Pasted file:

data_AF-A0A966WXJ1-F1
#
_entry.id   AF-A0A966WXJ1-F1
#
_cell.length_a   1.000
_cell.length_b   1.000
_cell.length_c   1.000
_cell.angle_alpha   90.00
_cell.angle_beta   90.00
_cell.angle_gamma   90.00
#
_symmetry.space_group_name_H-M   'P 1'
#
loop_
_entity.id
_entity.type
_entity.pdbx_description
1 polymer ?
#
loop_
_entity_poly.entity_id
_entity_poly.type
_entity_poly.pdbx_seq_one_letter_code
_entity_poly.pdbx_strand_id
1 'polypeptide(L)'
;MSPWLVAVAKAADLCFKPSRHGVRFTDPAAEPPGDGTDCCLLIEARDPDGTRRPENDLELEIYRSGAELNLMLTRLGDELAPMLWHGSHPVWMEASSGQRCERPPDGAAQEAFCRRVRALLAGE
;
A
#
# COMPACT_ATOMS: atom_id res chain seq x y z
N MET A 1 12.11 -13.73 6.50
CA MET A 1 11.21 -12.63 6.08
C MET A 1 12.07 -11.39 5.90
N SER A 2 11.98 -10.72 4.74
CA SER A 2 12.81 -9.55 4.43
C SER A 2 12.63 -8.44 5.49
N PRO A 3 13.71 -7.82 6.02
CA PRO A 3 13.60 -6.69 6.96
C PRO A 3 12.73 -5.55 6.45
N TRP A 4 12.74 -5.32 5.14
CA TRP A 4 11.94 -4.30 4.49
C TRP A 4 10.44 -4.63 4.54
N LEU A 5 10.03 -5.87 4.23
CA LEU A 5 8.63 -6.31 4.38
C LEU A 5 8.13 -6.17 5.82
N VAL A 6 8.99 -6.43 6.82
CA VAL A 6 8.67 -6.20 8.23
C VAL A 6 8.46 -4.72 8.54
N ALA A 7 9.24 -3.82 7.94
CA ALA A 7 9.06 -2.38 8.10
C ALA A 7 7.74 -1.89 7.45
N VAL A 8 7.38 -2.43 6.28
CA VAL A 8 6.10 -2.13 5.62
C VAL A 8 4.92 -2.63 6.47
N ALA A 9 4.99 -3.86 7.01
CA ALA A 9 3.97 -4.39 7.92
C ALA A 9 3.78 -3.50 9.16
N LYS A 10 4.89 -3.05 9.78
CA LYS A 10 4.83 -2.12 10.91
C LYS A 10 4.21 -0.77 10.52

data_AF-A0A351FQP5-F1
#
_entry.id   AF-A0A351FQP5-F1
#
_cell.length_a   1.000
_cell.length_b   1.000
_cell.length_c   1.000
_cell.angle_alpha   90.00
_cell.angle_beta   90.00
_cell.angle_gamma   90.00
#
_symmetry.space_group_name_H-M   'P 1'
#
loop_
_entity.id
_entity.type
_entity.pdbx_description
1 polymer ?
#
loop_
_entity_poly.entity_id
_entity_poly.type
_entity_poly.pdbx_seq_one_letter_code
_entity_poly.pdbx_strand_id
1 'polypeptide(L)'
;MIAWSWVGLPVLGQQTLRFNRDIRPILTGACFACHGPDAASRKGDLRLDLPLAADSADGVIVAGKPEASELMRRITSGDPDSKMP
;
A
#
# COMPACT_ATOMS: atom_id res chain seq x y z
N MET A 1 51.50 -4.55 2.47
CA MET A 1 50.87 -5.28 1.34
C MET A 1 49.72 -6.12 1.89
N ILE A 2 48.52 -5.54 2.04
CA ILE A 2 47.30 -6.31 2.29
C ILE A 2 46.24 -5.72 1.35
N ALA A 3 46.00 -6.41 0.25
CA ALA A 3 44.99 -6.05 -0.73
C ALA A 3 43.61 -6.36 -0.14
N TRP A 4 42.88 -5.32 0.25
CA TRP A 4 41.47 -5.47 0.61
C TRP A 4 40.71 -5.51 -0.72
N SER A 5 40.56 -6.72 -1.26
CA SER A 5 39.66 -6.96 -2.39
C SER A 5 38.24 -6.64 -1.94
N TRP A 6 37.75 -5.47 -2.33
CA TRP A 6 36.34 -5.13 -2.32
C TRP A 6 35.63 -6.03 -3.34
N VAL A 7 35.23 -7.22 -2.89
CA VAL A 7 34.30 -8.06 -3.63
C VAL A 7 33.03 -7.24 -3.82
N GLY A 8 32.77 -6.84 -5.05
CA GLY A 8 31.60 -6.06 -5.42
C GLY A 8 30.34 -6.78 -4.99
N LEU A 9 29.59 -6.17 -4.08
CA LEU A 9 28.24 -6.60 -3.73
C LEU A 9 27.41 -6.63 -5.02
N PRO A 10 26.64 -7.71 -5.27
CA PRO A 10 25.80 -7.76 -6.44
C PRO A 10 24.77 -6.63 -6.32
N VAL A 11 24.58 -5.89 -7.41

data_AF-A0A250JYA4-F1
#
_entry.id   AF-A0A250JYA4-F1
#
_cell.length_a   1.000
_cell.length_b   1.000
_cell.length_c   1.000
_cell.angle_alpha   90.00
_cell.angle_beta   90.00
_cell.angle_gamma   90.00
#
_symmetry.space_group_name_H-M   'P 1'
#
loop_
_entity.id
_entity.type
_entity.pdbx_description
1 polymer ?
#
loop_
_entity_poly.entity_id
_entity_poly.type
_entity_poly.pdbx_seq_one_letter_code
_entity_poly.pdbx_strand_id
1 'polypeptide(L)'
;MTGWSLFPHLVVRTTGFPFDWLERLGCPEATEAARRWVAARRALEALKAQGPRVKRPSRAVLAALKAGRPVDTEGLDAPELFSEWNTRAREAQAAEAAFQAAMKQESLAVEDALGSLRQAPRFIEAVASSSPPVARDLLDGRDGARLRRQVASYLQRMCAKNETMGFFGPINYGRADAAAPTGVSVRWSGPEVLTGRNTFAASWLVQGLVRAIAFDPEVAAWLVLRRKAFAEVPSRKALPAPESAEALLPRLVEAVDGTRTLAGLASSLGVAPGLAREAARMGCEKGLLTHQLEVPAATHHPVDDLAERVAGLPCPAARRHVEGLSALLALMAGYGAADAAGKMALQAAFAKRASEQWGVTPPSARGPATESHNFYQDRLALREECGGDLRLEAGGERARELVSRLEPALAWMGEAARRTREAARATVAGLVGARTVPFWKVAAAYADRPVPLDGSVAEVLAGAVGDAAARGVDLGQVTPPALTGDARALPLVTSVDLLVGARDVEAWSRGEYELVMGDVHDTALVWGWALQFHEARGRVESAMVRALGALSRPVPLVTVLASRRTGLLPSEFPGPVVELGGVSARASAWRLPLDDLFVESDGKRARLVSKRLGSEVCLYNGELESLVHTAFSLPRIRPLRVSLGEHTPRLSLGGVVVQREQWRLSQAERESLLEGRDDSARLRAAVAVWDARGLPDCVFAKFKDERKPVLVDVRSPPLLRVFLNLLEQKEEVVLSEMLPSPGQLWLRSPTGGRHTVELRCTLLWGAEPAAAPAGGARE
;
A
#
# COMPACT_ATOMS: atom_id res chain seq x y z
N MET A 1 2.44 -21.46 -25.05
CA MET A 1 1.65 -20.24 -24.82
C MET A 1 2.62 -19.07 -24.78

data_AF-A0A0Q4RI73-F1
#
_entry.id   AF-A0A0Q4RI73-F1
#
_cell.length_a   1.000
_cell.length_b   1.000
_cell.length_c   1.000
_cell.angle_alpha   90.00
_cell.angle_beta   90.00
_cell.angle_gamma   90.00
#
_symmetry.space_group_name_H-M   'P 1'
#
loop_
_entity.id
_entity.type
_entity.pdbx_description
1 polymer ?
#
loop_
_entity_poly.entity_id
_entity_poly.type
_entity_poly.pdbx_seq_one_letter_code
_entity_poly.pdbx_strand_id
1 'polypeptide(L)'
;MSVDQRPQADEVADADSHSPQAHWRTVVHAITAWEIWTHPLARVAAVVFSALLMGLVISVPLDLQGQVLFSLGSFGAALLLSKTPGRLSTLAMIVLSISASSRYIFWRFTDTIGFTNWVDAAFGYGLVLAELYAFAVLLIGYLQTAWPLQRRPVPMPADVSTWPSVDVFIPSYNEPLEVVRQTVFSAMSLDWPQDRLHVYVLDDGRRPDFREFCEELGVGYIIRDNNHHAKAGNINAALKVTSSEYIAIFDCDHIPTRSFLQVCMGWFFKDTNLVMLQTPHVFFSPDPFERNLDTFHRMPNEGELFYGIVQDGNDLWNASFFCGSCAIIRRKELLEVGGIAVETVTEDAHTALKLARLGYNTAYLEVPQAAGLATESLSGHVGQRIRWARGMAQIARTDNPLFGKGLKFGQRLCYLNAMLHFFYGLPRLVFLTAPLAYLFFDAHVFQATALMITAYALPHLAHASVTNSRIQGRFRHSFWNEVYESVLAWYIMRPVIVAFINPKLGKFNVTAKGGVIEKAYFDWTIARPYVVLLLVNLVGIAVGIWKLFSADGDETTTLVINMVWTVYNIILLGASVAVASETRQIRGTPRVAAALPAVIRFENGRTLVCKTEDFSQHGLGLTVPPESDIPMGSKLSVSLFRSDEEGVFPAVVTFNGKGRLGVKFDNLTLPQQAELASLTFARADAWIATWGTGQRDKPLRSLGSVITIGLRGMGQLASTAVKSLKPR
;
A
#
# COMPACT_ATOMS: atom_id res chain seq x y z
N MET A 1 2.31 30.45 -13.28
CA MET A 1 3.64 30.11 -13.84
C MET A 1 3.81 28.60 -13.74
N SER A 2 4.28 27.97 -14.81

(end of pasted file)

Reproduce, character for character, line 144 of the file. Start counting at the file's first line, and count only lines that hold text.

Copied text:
_entity_poly.pdbx_seq_one_letter_code